Whether you're cooking breakfast, lunch or dinner, sometimes it's the sauce and seasonings that actually make the meal. The problem? Some of these condiments can be loaded with fat and salt - if you're not careful, you can get more calories from the sauce than from the actual food. Below are some kitchen staples, that don't just add flavor, they also offer big health benefits.
Salsa:One reason to spice up your meals: You'll crank up your metabolism. Capsaicin, the substance that gives kick to peppers and chilis, has a thermogenic effect, meaning it causes the body to burn extra calories for 20 minutes after you eat them. Plus, since you can't swallow your food in one bite, eating slowly gives your brain time to register that your stomach is full, so you won't overeat. Capsaicin also stimulates nerve endings to release chemicals, raising the heart rate and possibly triggering the release of endorphins, giving you the pleasurable feeling of a natural high. Serve up some salsa with chips, tacos or even as a bold and tangy compliment to grilled chicken or fish.
Parsley:If you use parsley just as garnish, reconsider! The leafy herb packs a powerful nutrition punch. Just 1/4 cup provides more than 300 percent of your recommended daily value of vitamin K, plus it's a good source of vitamins A and C. Parsley's phytonutrients - beta carotene, lutein, and zeaxanthin - can help safeguard your sight, and chewing on a sprig can even freshen your breath. Sprinkle some sprigs in your salads, or cook it right into your meal.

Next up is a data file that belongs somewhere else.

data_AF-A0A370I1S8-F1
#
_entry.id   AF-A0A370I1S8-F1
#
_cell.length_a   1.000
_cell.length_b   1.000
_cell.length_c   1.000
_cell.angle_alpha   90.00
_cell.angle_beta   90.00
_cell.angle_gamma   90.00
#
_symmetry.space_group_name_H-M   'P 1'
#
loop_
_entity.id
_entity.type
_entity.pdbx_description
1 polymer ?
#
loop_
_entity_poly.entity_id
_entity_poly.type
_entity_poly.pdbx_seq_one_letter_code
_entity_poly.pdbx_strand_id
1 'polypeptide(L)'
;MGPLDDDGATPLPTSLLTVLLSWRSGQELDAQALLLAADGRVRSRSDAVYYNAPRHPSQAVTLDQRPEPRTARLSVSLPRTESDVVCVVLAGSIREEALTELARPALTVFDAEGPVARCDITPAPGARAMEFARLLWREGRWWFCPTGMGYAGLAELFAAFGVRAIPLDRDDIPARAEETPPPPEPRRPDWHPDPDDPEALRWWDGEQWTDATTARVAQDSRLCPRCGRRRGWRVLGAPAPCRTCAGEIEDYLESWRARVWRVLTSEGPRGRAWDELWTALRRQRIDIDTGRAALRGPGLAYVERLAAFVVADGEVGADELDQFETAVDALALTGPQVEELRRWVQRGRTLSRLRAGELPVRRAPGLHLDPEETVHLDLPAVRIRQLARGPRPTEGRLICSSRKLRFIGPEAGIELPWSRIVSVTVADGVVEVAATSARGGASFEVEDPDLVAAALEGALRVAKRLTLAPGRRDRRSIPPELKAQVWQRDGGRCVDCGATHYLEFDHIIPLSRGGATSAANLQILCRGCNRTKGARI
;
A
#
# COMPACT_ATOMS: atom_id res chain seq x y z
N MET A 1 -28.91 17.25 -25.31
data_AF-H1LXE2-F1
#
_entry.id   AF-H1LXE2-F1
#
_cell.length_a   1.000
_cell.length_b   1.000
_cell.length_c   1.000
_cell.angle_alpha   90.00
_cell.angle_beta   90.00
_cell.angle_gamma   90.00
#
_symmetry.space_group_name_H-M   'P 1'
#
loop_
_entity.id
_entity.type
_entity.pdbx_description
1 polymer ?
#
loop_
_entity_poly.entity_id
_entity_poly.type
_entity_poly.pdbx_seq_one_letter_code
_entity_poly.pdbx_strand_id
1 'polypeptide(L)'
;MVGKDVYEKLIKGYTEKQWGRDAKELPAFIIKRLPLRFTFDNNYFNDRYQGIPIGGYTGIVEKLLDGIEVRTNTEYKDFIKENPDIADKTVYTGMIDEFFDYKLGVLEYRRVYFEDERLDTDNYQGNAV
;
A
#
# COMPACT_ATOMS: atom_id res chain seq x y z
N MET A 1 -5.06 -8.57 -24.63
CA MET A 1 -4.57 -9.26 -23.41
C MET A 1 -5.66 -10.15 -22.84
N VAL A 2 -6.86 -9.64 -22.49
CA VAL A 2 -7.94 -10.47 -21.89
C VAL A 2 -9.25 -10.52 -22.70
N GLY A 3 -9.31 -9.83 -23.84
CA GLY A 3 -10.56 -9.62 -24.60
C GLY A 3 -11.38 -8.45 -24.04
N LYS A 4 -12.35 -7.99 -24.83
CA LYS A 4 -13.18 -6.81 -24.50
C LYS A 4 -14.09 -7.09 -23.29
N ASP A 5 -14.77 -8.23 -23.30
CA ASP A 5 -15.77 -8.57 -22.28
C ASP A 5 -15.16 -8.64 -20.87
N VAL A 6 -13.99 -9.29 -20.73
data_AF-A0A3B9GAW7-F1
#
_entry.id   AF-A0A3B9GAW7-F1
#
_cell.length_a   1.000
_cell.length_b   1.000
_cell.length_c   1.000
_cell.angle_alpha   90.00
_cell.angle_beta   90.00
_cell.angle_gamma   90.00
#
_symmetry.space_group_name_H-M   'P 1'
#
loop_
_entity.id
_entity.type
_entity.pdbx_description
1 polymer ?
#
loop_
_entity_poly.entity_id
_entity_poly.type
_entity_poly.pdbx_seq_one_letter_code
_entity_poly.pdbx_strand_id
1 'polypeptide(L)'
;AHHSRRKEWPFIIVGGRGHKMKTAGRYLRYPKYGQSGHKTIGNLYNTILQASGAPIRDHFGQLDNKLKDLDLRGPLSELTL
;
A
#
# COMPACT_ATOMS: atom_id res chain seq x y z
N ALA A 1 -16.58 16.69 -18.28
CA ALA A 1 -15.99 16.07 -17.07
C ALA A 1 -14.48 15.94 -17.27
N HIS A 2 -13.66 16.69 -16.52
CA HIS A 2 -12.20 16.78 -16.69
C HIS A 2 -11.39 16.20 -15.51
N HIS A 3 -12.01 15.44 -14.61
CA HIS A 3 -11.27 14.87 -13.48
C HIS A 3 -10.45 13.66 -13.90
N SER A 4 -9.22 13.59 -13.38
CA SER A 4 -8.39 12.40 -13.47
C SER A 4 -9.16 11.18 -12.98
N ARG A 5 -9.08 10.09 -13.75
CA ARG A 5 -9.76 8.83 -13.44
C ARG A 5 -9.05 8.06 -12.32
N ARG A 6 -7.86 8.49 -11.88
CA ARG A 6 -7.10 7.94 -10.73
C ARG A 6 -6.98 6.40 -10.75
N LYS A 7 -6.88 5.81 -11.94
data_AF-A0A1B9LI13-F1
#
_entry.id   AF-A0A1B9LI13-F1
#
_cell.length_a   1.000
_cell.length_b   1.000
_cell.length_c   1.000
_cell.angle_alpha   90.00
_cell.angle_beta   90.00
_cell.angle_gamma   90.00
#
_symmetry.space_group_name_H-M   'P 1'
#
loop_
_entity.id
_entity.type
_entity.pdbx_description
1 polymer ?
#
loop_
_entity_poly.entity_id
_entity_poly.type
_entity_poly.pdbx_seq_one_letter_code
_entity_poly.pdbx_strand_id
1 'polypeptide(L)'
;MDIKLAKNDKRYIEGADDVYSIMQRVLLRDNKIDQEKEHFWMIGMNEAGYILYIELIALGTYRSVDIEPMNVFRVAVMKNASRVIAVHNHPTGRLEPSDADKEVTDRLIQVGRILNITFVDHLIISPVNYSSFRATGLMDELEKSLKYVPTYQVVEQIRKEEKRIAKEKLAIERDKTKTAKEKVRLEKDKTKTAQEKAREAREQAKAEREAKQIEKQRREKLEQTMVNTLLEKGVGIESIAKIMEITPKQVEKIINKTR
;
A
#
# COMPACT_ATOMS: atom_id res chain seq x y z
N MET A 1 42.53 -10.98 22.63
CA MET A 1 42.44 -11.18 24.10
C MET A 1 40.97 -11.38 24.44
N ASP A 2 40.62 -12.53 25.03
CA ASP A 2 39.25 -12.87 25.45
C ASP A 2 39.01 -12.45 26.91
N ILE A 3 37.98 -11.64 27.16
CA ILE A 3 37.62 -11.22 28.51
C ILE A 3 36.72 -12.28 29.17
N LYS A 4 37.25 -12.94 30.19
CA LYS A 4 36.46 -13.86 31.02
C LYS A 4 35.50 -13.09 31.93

Parmesan Cheese:Cheese is often diet sabotage because it is high in calories and fat. Never the less, there are cheeses which are healthy and you can enjoy, like parmesan cheese. It adds a savory and strong flavor to any dish like salads, soups and roasted veggies on very few calories, two tablespoons of parmesan cheese is only 55 calories.
Oranges and Lemons:Most of the antioxidants and polyphenols in produce are located very close to the surface of the skin or in the skin itself. A study published in the journal Nutrition Researchfound that most fruit peels exhibited two to 27 times more antioxidant activity than the pulp of the fruit. Oranges and lemons can be used many different ways and in many different dishes. You can zest the peels as a garnish on a baked good or into a rice stir fry. Orange juice and lemon juice are usually found in most dishes or use them to prepare a salad dressing or marinade. These tangy fruits also compliment many protein dishes from lemon sole to orange beef.
Red Wine:Red wine is healthy for your heart and your romantic moods! It may help prevent blood clots and reduce the blood vessel damage caused by fat deposits. It is also a particularly rich source of antioxidants which raise HDL (good) cholesterol. Red wine can be used as a wonderful marinade for chicken and beef, or as part of a salad dressing.
Tanya Zuckerbrot, MS, RD is a nutritionist and founder of Skinnyandthecity.com. She is also the creator of The F-Factor DietaC/, an innovative nutritional program she has used for more than ten years to provide hundreds of her clients with all the tools they need to achieve easy weight loss and maintenance, improved health and well-being. For more information log onto
Tanya Zuckerbrot MS, RD, is a Registered Dietitian in New York City and the author of two bestselling diet books: The F-Factor Diet and The Miracle Carb Diet: Make Calories and Fat Disappear – with Fiber.